Soon after that memorable act, I thought it my duty, when death will come to strike me, to make it easy for Belgium to profit from my work, as well as that of those who helped me to found and direct it and to whom I give thanks here once again. I thus made, as Sovereign of the Congo Free State, the will that I am sending you; I will request that you communicate it to the legislative Chambers at what seems to you the most opportune moment.
The beginning of enterprises such as those that have so preoccupied me is difficult and onerous. I insisted on bearing the charges. A King, to give service to his country, must not fear to conceive and pursue the realization of a project so adventurous in appearance. The riches of a Sovereign consist of public prosperity. That alone can appear to his eyes as an enviable treasure, which he should try constantly to build up.
Until the day of my death, I will continue with the same thoughts of national interest that have guided me until now, to direct and sustain our African efforts, but if, without waiting for that date, it makes sense for the country to contract closer ties with my Congo possessions, I would not hesitate to make them available to it, I would be happy, while I am alive, to see it in full benefit towards the Chambers as towards the Government for the aid that they gave to me on several occasions in this creation.
I do not think I am mistaken in affirming that Belgium will gain genuine advantages and will see opening before her, on a new continent, happy and wide perspectives.
Believe me, dear Minister,
Your very devoted,
Leroy-Beaulieu on the Desirability of Imperialism, 1891
It is impossible not to consider imperialism as one of the tasks imposed on the civilized states for the last four centuries, more particularly on our age.
The present-day world is composed of four different parts in terms of types of civilization. That of Western civilization-our own part. A second part [is] inhabited by people of a different civilization, but organized in compact, coherent and stable societies and destined by their history and present character to govern themselves-the Chinese and Japanese peoples for example. In the third part live peoples advanced enough in some respects, but ones which either stagnated or bad not been able to constitute themselves as unified, peaceful, progressive nations, following a regular development. . . . India before the British conquest, Java, and the Indochinese peninsula represent particularly this third type.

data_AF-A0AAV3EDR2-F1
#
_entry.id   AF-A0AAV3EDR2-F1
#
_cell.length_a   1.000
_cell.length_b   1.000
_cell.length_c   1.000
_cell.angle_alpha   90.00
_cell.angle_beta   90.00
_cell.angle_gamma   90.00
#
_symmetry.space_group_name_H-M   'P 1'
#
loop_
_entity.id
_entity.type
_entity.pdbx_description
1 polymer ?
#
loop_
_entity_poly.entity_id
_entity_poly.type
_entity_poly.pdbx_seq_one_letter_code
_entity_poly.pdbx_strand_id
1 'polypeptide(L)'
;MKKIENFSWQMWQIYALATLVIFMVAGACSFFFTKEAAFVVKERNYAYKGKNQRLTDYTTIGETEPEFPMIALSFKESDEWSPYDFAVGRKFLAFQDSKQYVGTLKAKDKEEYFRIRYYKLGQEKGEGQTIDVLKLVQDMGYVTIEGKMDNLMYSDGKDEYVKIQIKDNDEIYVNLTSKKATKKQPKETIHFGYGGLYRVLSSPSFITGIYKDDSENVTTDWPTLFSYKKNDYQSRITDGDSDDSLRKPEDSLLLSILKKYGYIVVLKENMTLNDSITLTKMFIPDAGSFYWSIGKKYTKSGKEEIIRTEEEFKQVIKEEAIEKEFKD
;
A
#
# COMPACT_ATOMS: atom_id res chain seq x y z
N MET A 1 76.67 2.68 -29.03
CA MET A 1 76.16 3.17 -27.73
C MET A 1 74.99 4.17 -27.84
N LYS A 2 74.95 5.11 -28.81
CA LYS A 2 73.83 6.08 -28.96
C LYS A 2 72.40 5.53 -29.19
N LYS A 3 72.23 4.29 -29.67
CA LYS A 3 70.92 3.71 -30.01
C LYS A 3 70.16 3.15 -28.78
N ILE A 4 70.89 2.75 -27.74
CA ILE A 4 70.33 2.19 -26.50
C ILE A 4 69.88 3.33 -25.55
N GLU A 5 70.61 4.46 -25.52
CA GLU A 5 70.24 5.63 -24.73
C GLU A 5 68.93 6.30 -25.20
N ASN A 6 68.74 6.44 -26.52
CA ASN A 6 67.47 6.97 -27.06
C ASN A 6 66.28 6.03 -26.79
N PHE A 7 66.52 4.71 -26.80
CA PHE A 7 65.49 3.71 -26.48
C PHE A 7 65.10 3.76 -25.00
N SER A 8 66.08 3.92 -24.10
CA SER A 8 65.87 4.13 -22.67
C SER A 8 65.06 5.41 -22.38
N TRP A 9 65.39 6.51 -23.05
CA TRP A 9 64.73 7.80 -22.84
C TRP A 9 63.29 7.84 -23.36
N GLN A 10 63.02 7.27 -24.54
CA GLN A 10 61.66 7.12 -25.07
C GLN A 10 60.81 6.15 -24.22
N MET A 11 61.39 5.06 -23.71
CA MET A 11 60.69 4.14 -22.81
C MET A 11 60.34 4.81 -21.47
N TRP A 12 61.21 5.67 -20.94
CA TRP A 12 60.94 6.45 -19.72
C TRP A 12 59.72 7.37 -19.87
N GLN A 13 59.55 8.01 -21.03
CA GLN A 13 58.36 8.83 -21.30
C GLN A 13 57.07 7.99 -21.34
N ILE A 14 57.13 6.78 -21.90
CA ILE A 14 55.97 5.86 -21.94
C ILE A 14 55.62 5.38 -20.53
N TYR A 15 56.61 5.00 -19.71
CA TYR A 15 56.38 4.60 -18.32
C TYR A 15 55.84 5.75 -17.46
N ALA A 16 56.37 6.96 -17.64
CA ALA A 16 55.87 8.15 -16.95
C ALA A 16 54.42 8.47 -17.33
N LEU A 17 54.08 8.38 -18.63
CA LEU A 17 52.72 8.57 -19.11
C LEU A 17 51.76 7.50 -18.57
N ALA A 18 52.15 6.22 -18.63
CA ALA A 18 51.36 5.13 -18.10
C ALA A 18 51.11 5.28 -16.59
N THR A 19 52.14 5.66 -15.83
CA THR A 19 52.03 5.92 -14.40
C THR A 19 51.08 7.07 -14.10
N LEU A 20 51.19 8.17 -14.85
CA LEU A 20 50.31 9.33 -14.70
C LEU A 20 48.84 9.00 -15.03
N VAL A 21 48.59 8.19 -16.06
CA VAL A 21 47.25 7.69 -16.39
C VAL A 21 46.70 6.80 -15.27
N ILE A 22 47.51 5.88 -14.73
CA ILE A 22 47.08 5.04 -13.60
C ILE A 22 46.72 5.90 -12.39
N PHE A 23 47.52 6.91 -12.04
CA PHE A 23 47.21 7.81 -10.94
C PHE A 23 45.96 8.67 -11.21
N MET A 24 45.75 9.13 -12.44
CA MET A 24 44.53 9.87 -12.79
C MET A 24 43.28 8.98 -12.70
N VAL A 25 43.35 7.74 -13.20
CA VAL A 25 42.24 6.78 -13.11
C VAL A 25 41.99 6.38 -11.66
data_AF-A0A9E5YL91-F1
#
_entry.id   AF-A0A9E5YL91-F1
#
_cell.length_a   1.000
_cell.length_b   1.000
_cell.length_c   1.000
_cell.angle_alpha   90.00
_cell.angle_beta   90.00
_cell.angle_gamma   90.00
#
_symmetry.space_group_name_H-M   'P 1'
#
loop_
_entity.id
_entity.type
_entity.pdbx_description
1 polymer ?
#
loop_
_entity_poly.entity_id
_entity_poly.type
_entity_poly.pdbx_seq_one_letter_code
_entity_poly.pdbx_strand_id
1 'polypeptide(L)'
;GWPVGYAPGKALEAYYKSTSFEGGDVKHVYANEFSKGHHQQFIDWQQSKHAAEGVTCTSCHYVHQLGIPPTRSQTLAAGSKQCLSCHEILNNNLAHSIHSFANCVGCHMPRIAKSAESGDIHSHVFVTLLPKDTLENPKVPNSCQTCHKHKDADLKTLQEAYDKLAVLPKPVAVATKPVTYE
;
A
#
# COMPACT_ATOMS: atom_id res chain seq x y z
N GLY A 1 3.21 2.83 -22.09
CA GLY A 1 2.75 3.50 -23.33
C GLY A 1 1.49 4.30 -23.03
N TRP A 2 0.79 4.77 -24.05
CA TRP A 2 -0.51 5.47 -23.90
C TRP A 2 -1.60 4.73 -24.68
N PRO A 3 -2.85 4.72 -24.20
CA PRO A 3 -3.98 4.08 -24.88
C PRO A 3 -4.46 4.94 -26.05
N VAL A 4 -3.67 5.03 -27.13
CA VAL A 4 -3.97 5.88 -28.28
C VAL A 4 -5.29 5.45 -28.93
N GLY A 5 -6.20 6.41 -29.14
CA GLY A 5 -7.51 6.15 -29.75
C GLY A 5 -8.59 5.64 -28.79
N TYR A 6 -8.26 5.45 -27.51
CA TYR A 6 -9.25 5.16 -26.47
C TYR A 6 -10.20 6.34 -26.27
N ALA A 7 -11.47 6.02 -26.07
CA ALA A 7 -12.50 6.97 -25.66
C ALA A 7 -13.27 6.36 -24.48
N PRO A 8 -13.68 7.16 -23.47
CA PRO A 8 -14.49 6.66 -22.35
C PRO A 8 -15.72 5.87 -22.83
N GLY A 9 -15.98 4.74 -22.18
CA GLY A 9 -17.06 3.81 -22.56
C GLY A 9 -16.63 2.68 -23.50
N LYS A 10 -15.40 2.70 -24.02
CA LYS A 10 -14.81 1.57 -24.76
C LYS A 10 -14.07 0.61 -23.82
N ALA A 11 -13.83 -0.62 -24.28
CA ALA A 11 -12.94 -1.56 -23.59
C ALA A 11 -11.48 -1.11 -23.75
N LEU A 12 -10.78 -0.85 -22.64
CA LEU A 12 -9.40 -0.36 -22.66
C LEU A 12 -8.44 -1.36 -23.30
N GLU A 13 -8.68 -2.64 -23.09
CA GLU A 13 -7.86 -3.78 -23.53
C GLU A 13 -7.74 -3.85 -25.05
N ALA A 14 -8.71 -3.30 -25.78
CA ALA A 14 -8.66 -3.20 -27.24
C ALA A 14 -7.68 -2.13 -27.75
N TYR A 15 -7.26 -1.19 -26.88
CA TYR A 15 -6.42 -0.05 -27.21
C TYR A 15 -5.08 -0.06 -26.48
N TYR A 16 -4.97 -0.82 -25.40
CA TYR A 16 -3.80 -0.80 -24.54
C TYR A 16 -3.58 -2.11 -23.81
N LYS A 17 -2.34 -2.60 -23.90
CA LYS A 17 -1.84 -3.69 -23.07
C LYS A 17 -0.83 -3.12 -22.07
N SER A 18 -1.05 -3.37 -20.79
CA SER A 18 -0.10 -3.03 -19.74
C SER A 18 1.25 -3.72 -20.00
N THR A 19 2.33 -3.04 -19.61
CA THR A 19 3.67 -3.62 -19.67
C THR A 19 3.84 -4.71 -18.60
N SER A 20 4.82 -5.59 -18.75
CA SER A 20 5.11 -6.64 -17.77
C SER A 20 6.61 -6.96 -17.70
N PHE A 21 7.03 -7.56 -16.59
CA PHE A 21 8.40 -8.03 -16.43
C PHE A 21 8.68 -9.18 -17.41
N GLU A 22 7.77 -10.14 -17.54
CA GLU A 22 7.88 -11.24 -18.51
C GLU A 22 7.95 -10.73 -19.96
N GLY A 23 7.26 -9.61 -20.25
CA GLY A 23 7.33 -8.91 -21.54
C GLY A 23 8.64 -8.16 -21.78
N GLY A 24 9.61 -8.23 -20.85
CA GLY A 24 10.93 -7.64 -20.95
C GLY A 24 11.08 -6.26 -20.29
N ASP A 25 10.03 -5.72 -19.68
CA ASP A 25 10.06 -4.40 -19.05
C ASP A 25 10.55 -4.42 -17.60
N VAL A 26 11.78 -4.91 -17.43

Finally, a great part of the world is inhabited by barbarian tribes or savages, some given over to wars without end and to brutal customs, and others knowing so little of the arts and being so little accustomed to work and to invention that they do not know how to exploit their land and its natural riches. They live in little groups, impoverished and scattered, in enormous territories which could nourish vast numbers of people with ease.
This state of the world implies for the civilized people a right of intervention . . . ln the affairs of the peoples of the last two categories.
It is neither natural nor just for the civilized people of the West to be cooped up indefinitely and jammed into the restricted spaces which were their first home. Nor is it natural and just that they there accumulate the marvels of science, the arts and civilization, that they see the rate of interest fall more each day for lack of good investment Opportunities, while they leave perhaps half the world to little groups of ignorant, ineffectual men who are like feeble children . . . or to exhausted populations, without energy, without direction, who may be compared to old men.
Imperialism is often confused with commerce or with the opening of commercial markets. . . . Imperialism means something quite different from the sale or purchase of commodities. It entails a profound action on a people and a territory, providing the inhabitants with some education and regular justice, teaching them the division of labor and the uses of capital when they are ignorant of these things. It opens an area not only to the merchandise of the mother country, but to its capital and its savings, to its engineers, to its overseers, to its emigrants. . . . Such a transformation of a barbarian country cannot be accomplished by simple commercial relations.
Imperialism is thus the systematic action of an organized people upon another people whose organization is defective; and it presupposes that it is the state itself, and not only some individuals, which is responsible for the mission. […]